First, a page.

George Will has lashed out at Speaker Paul Ryan for endorsing Donald Trump. Ryan says he endorsed Trump because he thinks a Trump presidency would be better for Ryan’s House policy agenda than would a Clinton presidency.
Ryan is almost certainly right about this. However, Will finds it insufficient reason for Ryan to support Trump. He dismisses Ryan’s thinking this way:
In Robert Bolt’s play “A Man for All Seasons,” Thomas More is betrayed by Richard Rich, who commits perjury to please the king, in exchange for being named attorney general for Wales. Says More: “Why Richard, it profits a man nothing to give his soul for the whole world. . . . But for Wales?” Or for the House agenda?
It is said that some people seek office because to “be” something, while others seek it to “do” something. I suspect that most politicians desire both, at least initially. Ryan, though, is considered (correctly, I think) a politician for whom “doing” matters profoundly.
The House agenda is, in effect, Ryan’s life work. Dismissing it with an analogy to Richard Rich doesn’t work. Rich just wanted to be something.
For Ryan, the presumption is and should be to support the presidential candidate under whom his policy agenda is more likely to advance. Under Clinton, that agenda goes nowhere; under Trump, aspects of it stand a good chance of taking hold.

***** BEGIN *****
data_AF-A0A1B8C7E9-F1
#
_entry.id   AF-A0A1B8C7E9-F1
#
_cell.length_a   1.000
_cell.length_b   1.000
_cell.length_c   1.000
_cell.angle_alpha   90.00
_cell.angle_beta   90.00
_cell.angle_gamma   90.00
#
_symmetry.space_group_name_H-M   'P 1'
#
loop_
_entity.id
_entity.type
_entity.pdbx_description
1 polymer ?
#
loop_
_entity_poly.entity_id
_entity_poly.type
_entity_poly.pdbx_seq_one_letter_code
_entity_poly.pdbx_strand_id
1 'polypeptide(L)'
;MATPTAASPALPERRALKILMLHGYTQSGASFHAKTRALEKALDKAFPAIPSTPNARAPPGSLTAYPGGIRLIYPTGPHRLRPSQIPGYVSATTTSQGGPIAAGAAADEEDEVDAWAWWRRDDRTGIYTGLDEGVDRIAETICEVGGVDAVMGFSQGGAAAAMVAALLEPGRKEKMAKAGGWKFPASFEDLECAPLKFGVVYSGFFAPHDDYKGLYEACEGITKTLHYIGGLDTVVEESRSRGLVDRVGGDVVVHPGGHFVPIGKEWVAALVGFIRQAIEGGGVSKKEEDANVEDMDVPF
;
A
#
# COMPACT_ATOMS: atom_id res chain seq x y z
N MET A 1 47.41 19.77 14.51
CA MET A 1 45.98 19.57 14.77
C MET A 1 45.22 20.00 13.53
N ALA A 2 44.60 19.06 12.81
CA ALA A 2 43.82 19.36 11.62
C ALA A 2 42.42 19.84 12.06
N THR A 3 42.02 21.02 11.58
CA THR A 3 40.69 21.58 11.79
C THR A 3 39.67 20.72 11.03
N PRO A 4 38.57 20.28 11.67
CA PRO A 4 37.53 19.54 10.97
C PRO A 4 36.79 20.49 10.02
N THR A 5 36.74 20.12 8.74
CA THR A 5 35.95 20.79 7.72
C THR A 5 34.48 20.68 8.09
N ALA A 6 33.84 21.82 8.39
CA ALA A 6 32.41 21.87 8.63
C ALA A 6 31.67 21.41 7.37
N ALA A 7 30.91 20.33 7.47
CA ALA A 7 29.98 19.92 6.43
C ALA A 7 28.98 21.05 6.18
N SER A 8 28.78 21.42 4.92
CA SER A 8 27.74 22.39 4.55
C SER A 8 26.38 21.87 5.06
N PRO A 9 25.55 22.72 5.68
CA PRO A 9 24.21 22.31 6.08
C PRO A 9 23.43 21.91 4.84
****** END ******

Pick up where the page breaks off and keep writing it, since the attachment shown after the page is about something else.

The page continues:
The presumption I have just described is rebuttable. One wouldn’t support a fascist, a warmonger, or a candidate bent on overthrowing the Constitution just to improve the prospects of a balanced budget.
I don’t believe Trump answers to any of these descriptions and I assume Ryan doesn’t think so either. But Ryan perceives Trump’s many serious flaws; otherwise, he would have endorsed him earlier.
Accordingly, Ryan’s task was to weigh Trump’s shortcomings against extent to which the policies he favors will fare better under Trump than under Clinton. If anyone has figured out how to do this with confidence, please let me know.
Conservatives should recognize that the calls on endorsing, supporting, and/or voting for Trump are difficult ones for many of us. They should recognize that reasonable conservatives can differ.
They should be slow to attack one another over where they come out. Otherwise, they risk adding to the damage Trump already has inflicted on conservatism.
UPDATE: Charles Krauthammer defends Ryan’s decision here. Krauthammer distinguishes between how individual voters and political leaders like Ryan might go about deciding whether to back Trump. It’s a useful distinction, I think.